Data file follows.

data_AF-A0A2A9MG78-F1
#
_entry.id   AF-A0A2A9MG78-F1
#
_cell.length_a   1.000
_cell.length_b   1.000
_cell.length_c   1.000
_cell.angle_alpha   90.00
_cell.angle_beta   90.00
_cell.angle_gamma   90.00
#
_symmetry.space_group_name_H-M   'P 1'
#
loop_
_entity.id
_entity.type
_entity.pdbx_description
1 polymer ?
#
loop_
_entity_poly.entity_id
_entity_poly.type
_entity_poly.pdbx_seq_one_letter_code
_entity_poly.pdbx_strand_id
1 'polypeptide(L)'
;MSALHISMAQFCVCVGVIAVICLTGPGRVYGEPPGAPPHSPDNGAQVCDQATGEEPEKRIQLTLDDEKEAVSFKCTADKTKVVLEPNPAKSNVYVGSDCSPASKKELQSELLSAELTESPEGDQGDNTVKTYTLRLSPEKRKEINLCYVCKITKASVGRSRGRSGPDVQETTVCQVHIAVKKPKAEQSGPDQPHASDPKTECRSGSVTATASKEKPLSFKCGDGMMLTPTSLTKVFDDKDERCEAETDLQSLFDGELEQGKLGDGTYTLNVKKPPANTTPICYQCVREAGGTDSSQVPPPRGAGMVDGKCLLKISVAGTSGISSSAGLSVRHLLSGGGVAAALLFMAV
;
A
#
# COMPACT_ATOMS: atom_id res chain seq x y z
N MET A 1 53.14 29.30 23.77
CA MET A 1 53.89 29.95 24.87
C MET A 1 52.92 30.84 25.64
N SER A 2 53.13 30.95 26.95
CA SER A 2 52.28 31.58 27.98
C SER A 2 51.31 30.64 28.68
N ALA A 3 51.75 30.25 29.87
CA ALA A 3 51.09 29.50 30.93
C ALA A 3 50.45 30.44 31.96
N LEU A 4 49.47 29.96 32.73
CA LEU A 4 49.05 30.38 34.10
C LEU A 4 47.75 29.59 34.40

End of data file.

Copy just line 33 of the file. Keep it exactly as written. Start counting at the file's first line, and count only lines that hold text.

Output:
C MET A 1 52.92 30.84 25.64